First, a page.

During lockdown many of us took the opportunity once again to use our time outside to be active. Plus with public transport not recommended during the earlier stages of lockdown, and limited spaces available on school buses, many adults and children also took to active travel through walking or cycling in order to carry out their essential journeys.
Now that we are entering our Bailiwick Bubble once again in Stage 3, why slip back into old habits? Restrictions may be lifting, but healthy active travel habits can continue!
We all know being active comes with countless health benefits, both physically and mentally. With the ongoing pandemic placing restrictions on our everyday lives we have been reminded just how important both aspects are for our overall wellbeing.
Dr Nicola Brink, Director of Public Health, commented:
“Over the past year Guernsey has experienced two lockdowns due to the ongoing COVID-19 pandemic. Although with lockdown there were many challenges, it has been great to see so many of us making the most of our time spent outside to be active and get some much needed time to reflect on our thoughts and feelings we all experience differently. Keeping active even now that restrictions have lifted once again is so important and I would encourage everyone to keep up any positive changes they have made to their lifestyle.”
Not only is active travel beneficial for our own health & wellbeing, it is also beneficial for our environment by reducing congestion, pollution and greenhouse gas emissions.
Deputy Lindsay De Sausmarez, President of the Committee for the Environment & Infrastructure, commented:
“It has been great to see so many of us making the most of the easing of restrictions and the improving weather to get outside and enjoy our natural environment, and I’ve noticed so many more children riding to school. With the lifting of lockdown, we’re focused on keeping the roads safe for everyone who uses them so that people have got more choice over how they choose to travel. Infrastructure improvements are an important part of that as good infrastructure makes our roads safer and easier to use, which is why it’s a key focus of the Integrated Transport Strategy.
“There are so many health benefits to an active lifestyle and with more people walking and cycling there are real environmental benefits too. We’re keen to play our part in helping as many people as possible enjoy our beautiful island however they choose to travel round it.”
Alex Costen, Active Travel Officer at the Health Improvement Commission, is also keen that where people have made a real effort during lockdown to walk or cycle instead of drive, particularly on the school run, that they keep this momentum going:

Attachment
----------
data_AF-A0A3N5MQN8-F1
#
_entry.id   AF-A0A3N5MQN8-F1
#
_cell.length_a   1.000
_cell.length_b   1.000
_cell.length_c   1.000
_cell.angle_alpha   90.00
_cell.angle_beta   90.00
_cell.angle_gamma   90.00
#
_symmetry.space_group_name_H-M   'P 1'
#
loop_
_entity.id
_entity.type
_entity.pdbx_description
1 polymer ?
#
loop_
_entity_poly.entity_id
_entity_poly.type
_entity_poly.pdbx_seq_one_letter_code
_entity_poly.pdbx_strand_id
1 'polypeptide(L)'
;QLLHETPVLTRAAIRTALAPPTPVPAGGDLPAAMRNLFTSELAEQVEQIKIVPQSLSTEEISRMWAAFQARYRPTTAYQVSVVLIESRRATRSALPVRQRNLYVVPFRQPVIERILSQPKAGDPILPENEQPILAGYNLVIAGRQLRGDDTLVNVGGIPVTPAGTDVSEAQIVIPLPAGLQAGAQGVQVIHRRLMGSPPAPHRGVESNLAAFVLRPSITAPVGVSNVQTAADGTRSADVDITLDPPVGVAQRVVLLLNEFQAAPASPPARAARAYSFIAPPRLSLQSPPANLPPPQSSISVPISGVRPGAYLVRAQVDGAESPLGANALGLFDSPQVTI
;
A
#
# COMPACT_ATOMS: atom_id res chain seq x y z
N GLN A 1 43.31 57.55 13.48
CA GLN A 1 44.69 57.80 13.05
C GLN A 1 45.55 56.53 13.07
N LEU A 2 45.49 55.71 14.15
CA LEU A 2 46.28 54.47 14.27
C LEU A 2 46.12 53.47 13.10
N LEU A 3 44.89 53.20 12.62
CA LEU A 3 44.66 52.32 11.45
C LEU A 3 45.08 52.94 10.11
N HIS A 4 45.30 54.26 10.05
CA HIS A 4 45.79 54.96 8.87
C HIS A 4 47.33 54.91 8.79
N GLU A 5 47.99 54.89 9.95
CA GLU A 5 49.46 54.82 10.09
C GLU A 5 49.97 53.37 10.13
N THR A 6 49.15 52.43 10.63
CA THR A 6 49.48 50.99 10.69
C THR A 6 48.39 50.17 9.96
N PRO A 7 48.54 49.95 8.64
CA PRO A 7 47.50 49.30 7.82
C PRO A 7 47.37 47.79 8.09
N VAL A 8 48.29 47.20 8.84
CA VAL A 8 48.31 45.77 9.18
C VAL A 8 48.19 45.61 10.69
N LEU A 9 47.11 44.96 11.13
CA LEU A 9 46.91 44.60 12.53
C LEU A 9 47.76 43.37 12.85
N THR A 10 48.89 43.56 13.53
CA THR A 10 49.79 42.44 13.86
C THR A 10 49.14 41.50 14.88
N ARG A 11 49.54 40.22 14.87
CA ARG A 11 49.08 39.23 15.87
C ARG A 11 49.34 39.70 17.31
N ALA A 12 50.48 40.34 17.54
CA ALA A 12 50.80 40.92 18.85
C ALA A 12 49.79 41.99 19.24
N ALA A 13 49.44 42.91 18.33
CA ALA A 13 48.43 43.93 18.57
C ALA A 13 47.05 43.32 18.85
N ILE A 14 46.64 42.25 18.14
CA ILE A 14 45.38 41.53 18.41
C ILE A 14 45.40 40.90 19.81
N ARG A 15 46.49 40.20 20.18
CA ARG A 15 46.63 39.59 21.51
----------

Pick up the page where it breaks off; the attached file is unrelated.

“Research shows that keeping physically active can reduce the risk of heart and circulatory disease by as much as 35% and risk of early death by as much as 30%.
“There are many ways to achieve the recommended adult guidelines of 150 minutes physical activity a week and every little bit of activity counts, including short, local journeys on foot or by bike.
“And as well as the physical benefits, studies have shown that physical activity can be used to overcome, and even prevent depression and anxiety and the positive effects of activity on mood are immediate. What better reasons are there to embrace active travel wherever possible?”
Studies have shown that walking or cycling to school has a really positive effect on students’ concentration in the classroom for up to four hours after they arrive. But we understand that it can be a concern for some parents to let their children cycle on roads, particularly ones which do not have a designated cycle path. Guernsey Bikeability, run by Traffic & Highway Services, teaches Year 5 and Year 6 children how to ride safely using the National Cycle Training Standard. Please contact your school for information on how to sign your children up to this training course. For more advice and information you can check out the Bikeability Parent’s Handbook or, for more information about Guernsey Bikeability specifically, you can email email@example.com telephone 223400 (Option 3).
Don’t forget, separate to any designated walking and cycling infrastructure, Guernsey also has a unique network of rural roads in 7 parishes where walking, cycling and horse riding is prioritised – our Ruettes Tranquilles. These lanes are a great place for young or learning bike riders to gain confidence and experience on two wheels and enjoy family outings. Signs at the entrance points to each of the routes advise drivers to keep their speed to less than 15mph and expect and respect people on foot, bike or horse.
There is an app – ‘Walking Cycling Guernsey’ – which is available to download for free on Android, Windows and Apple devices highlighting the Ruettes Tranquilles, along with the locations of cycle parks and toilets. Alternatively download a Ruettes Tranquilles leaflet here.
We can all benefit from keeping active as we travel out of Lockdown 2.0!